Photo via Chris Lott
Every small business needs a Facebook account. And a Twitter feed. And a LinkedIn Profile. And a Pinterest page, and on, and on. What started as a fun way to engage your customers has turned into a beast. Every day you feel obligated to add followers, update your feeds, and otherwise tend to, and worry about, your social media presence lest it fall into disrepair and neglect. You wake up each morning racking your brain for something new to promote, or funny to share or, at least interesting to say that will keep your customers engaged.
If you’ve taken this immersive, hands-on approach to social media, you’re probably doing it wrong. Even if you’re a social media maven in your personal affairs, managing your business’s web presence requires your consistent and regular attention, creativity and spontaneity, and, most importantly, an overall strategy that will allow you to capitalize on your investment.
If you do not have a social media presence, or yours is currently collecting fake friends and spam ads, it’s not to late to start—or revive—what can be an effective part of your business’s marketing, customer relations, and sales efforts. Here are a few items to consider as you begin planning to make social media a bigger part of your business.
Budget Your Time
While Facebook may be fun and games for most of us, if you’re considering using Facebook, or any other social media site, for your business, you need to keep a clear head. Social media is a business tool, not a play thing, and you need to evaluate your return on investment (ROI). Earlier this year, the small business community Manta released a study that found that 48 percent of their members spent between one and five hours each week on social media activities. While 27 percent spent less an hour weekly on social media, 25 percent more than five hours weekly. While every business has its own needs, when you’re planning your social media strategy you need to make sure that you have enough resources, including time, to make this work. Starting out, you might budget an hour a day—for five hours a week—to give yourself a fighting chance online.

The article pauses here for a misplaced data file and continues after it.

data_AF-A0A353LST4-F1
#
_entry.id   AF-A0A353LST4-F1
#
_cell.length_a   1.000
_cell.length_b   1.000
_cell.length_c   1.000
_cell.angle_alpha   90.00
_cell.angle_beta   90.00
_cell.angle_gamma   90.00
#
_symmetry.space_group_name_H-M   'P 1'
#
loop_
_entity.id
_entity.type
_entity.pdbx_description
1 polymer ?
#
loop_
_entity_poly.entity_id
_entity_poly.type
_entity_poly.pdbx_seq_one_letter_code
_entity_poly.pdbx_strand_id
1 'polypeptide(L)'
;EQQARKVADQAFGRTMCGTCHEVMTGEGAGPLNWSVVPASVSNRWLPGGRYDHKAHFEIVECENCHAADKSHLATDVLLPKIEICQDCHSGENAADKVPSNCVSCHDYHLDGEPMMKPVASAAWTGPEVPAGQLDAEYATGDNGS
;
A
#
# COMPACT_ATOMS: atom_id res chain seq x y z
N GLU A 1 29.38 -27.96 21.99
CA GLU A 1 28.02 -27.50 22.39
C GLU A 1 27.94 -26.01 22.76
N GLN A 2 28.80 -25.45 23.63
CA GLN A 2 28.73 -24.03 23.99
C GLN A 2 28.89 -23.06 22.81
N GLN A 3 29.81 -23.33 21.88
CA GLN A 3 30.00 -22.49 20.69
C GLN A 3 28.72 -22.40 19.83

Know What You’ll Make
While you care about how much time you’ll spend building your social media presence, an even more critical number is how much money you’ll make. According to the same Manta survey, just under 40 percent of small businesses reported making a return on investment in social media, which means you have an uphill climb to make your investment worthwhile. For those who do make a return on investment, 53 percent report making between $100 and $2,000 for their efforts, while a lucky 30 percent reporting making more than $2,000 from their social media campaigns. These numbers, however impressive, don’t account from the customer good will you can gain from social media.
Keep Up With the Competition, and Get Help
Almost half of small businesses report spending more time on social media this year than last, with only seven percent reporting that they’ve reduced their social efforts, so if you’re not on social media yet, you need to start just to keep up with your competitors.
While it may be tempting to run everything yourself, you may find that pouring hours each week into running sites with little payoff gets old quickly. Involve your co-workers in your social media activities, budget your time, and hire designers, photographers, and videographers to produce compelling content that will keep your customers coming back to your site to see what you have to offer and you’ll be a success on social media in no time.
Are you hosting with us? Do you have any examples where social media has helped your business or freelance career grow?
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We’ll feature all the best examples in a post on May 29th!
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